A short one, this review.
First of all: this label. I’ve expressed my appreciation for Distant Voices a thousand times before. Check out about any review I did in the past (enter the label’s name in ‘search’ and you’ll find quite some reviews, fifteen up to twenty). I never forgot to focus on the magnificent ideology that characterises this French label.
Secondly: this act. I wrote a review on each release Aube Grise did via Distant Voices, so it does not exactly need a deep-going introduction this time. Moreover, I will soon publish another review for Murailles, Hiver, Aube Grise’s latest recording, so let’s now get back to this one, Shale / Arrache-Moi, which was released earlier this year.
Thirdly: this release. As usual, this is a strictly limited recording, being thirty-one (31!) copies (and seven even more ‘wanted’ special editions, impossible to get), hand-made and you know… As usual, the visual creation has been done by Anne M., who’s the nice lady behind this project. Once again, she has been accompanied by Thomas Bel, the owner of Distant Voices, who took care of the mastering as well. Oh yes, FYI: for both artists I will soon write and publish a review on a solo recording they both did under their own moniker. But that’s for later, now first things first; and that’s this specific EP / CDr (thirty-one minutes of duration).
Shale / Arrache-Moi starts with some field recorded sounds and noises, soon joined by a short fragment of somewhat martial drumming / percussion. At almost two minutes, everything turns into an integer dually performed acoustic thing, withholding a melancholic touch. But then, at 4:44 (which is 2/3rd of 6:66, but that’s a remark without any surplus, haha), everything turns towards chaos and destruction. Shale goes on within that typifying mechanical trend of the former efforts, with blasting drum computer, bewitching guitar melodies and arctic screams. Once again it’s quite diverse, with changes in tempo and structure at the one hand, and different acoustic intermezzos or piano interludes. At about thirteen minutes, there is a slower excerpt that I deeply adore, and soon after it evolves once again into that mechanical-industrialised sounding form of Black Metal. And so it continues: grim blackened parts, acoustic sections and piano intermezzi permanently interact, resulting in a full experience.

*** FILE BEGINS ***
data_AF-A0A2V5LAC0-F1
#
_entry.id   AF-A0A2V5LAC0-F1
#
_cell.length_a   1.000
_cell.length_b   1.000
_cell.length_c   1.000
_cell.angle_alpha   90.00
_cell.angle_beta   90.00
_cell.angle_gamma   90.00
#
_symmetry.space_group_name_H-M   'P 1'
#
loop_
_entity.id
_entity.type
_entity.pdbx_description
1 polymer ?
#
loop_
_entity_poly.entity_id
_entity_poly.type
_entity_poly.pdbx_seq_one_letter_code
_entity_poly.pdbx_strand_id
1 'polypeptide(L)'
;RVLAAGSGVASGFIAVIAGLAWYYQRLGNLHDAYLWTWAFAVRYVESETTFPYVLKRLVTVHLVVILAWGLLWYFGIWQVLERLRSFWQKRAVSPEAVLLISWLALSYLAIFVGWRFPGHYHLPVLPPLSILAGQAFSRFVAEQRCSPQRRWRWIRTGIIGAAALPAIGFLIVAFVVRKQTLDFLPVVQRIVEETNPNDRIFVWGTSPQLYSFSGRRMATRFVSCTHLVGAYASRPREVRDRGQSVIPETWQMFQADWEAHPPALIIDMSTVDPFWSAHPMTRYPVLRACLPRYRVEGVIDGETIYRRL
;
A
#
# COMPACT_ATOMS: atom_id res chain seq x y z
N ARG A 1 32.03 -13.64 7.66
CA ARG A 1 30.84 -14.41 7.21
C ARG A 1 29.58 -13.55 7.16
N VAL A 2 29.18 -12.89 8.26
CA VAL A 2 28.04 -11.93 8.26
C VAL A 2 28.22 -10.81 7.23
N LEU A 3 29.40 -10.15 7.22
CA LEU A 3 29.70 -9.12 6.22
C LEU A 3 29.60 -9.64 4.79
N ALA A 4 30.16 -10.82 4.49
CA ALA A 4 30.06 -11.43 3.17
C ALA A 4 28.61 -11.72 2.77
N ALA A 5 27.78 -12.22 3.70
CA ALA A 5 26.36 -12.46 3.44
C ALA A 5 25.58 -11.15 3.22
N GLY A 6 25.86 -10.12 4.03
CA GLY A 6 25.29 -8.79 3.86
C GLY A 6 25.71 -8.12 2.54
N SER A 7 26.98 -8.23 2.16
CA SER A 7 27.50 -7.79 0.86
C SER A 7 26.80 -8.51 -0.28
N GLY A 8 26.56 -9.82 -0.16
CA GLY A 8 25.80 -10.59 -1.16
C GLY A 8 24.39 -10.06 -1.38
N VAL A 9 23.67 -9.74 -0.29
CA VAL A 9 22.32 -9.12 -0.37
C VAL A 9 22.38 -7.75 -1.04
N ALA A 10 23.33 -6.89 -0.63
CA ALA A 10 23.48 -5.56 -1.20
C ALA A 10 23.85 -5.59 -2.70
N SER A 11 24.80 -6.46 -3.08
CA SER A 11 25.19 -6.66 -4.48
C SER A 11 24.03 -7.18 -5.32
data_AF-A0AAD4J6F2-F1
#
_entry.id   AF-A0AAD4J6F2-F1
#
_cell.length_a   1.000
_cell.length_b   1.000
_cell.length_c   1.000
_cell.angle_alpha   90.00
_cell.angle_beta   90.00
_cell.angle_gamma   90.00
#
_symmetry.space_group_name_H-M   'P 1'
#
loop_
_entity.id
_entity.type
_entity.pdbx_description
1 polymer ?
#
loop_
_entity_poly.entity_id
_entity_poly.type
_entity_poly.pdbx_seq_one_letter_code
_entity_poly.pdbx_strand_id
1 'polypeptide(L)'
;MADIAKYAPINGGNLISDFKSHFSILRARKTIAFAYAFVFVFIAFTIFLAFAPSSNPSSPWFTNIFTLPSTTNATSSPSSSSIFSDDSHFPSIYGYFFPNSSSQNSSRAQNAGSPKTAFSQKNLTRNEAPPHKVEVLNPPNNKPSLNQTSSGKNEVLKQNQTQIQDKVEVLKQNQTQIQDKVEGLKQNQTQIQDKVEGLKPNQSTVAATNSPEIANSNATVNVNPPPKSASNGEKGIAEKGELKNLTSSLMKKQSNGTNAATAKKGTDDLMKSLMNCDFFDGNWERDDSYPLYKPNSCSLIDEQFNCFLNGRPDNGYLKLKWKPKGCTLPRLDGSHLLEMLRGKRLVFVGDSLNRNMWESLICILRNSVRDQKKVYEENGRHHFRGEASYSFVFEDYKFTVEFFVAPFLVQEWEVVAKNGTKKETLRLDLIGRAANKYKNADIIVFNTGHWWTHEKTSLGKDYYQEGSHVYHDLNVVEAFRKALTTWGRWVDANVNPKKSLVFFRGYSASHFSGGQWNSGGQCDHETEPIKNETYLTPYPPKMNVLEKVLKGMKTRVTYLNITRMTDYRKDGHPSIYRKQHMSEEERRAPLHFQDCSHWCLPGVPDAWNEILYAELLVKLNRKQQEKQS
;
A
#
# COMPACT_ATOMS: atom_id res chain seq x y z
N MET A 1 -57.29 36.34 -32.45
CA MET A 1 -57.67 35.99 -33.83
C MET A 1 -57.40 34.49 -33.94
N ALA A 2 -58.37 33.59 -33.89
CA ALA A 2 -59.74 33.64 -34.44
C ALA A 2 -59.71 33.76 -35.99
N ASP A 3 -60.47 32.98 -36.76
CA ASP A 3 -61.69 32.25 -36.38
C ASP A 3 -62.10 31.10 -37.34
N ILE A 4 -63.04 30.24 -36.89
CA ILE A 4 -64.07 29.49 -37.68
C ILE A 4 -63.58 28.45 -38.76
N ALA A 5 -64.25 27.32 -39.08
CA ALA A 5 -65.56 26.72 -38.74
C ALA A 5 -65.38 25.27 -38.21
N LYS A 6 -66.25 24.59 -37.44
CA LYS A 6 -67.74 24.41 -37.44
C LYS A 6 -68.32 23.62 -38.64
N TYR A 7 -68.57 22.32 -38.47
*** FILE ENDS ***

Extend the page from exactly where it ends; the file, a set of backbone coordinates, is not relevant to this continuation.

I have to be honest, so I can’t leave this review without referring to the sound quality. It’s my duty, and as potential future listener you need to know it. Like usual, the production is shit. Sorry, but that’s the case. It’s primitive and under-produced, and there’s no excuse to defend this. Many guitar riffs sound as if they were created on a rusty chainsaw, and the drums as if recorded in a soggy container. The mix is denigrating for the bass lines and the vocals, while the drum salvos are way too overwhelming, even intrusive. A pity.
Making abstraction of the sound quality, Shale / Arrache-Moi is another fine Aube Grise release once again. It does not exactly renew anything, but it’s just an adorable recording to enjoy. There is so much to experience, and still the whole is sequacious in song writing and execution.